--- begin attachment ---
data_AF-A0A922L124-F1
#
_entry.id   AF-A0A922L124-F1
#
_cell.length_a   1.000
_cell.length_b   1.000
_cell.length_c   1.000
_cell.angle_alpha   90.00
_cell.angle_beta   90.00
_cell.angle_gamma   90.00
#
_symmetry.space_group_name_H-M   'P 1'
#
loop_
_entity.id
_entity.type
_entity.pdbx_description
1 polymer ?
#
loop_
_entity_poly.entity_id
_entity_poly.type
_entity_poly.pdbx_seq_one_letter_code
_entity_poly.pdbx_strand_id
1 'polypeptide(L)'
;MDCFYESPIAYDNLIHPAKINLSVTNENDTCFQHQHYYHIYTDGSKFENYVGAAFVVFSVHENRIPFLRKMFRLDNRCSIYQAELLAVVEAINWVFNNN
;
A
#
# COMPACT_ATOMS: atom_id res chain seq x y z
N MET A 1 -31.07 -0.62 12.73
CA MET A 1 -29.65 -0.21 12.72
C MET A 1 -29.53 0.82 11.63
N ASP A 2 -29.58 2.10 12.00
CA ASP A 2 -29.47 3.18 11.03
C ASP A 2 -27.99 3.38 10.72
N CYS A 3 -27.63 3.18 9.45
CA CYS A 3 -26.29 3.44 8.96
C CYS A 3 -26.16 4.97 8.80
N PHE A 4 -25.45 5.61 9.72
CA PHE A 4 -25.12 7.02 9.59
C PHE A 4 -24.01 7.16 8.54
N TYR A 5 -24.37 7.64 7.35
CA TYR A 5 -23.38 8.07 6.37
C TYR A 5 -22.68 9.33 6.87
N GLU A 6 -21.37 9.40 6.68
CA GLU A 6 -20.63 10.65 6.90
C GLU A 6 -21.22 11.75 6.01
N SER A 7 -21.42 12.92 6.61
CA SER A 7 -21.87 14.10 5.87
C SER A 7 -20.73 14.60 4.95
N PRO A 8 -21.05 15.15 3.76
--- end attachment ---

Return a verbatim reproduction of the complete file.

data_AF-A0A922L124-F1
#
_entry.id   AF-A0A922L124-F1
#
_cell.length_a   1.000
_cell.length_b   1.000
_cell.length_c   1.000
_cell.angle_alpha   90.00
_cell.angle_beta   90.00
_cell.angle_gamma   90.00
#
_symmetry.space_group_name_H-M   'P 1'
#
loop_
_entity.id
_entity.type
_entity.pdbx_description
1 polymer ?
#
loop_
_entity_poly.entity_id
_entity_poly.type
_entity_poly.pdbx_seq_one_letter_code
_entity_poly.pdbx_strand_id
1 'polypeptide(L)'
;MDCFYESPIAYDNLIHPAKINLSVTNENDTCFQHQHYYHIYTDGSKFENYVGAAFVVFSVHENRIPFLRKMFRLDNRCSIYQAELLAVVEAINWVFNNN
;
A
#
# COMPACT_ATOMS: atom_id res chain seq x y z
N MET A 1 -31.07 -0.62 12.73
CA MET A 1 -29.65 -0.21 12.72
C MET A 1 -29.53 0.82 11.63
N ASP A 2 -29.58 2.10 12.00
CA ASP A 2 -29.47 3.18 11.03
C ASP A 2 -27.99 3.38 10.72
N CYS A 3 -27.63 3.18 9.45
CA CYS A 3 -26.29 3.44 8.96
C CYS A 3 -26.16 4.97 8.80
N PHE A 4 -25.45 5.61 9.72
CA PHE A 4 -25.12 7.02 9.59
C PHE A 4 -24.01 7.16 8.54
N TYR A 5 -24.37 7.64 7.35
CA TYR A 5 -23.38 8.07 6.37
C TYR A 5 -22.68 9.33 6.87
N GLU A 6 -21.37 9.40 6.68
CA GLU A 6 -20.63 10.65 6.90
C GLU A 6 -21.22 11.75 6.01
N SER A 7 -21.42 12.92 6.61
CA SER A 7 -21.87 14.10 5.87
C SER A 7 -20.73 14.60 4.95
N PRO A 8 -21.05 15.15 3.76